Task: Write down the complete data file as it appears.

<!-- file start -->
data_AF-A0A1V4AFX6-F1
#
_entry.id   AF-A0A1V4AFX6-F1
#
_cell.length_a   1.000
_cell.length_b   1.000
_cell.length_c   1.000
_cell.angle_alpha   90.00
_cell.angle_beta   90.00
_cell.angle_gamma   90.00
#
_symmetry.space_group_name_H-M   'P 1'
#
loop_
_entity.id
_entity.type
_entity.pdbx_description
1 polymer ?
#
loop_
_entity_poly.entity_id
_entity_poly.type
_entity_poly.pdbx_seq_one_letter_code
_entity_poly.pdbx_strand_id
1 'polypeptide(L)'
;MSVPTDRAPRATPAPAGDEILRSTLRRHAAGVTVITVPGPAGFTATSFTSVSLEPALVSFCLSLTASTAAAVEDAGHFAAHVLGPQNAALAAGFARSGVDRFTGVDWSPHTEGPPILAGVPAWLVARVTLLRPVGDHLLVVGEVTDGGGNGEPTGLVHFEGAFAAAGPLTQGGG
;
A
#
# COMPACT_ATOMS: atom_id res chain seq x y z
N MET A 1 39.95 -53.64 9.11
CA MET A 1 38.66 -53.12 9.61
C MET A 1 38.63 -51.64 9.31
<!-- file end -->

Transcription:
data_AF-A0A1V4AFX6-F1
#
_entry.id   AF-A0A1V4AFX6-F1
#
_cell.length_a   1.000
_cell.length_b   1.000
_cell.length_c   1.000
_cell.angle_alpha   90.00
_cell.angle_beta   90.00
_cell.angle_gamma   90.00
#
_symmetry.space_group_name_H-M   'P 1'
#
loop_
_entity.id
_entity.type
_entity.pdbx_description
1 polymer ?
#
loop_
_entity_poly.entity_id
_entity_poly.type
_entity_poly.pdbx_seq_one_letter_code
_entity_poly.pdbx_strand_id
1 'polypeptide(L)'
;MSVPTDRAPRATPAPAGDEILRSTLRRHAAGVTVITVPGPAGFTATSFTSVSLEPALVSFCLSLTASTAAAVEDAGHFAAHVLGPQNAALAAGFARSGVDRFTGVDWSPHTEGPPILAGVPAWLVARVTLLRPVGDHLLVVGEVTDGGGNGEPTGLVHFEGAFAAAGPLTQGGG
;
A
#
# COMPACT_ATOMS: atom_id res chain seq x y z
N MET A 1 39.95 -53.64 9.11
CA MET A 1 38.66 -53.12 9.61
C MET A 1 38.63 -51.64 9.31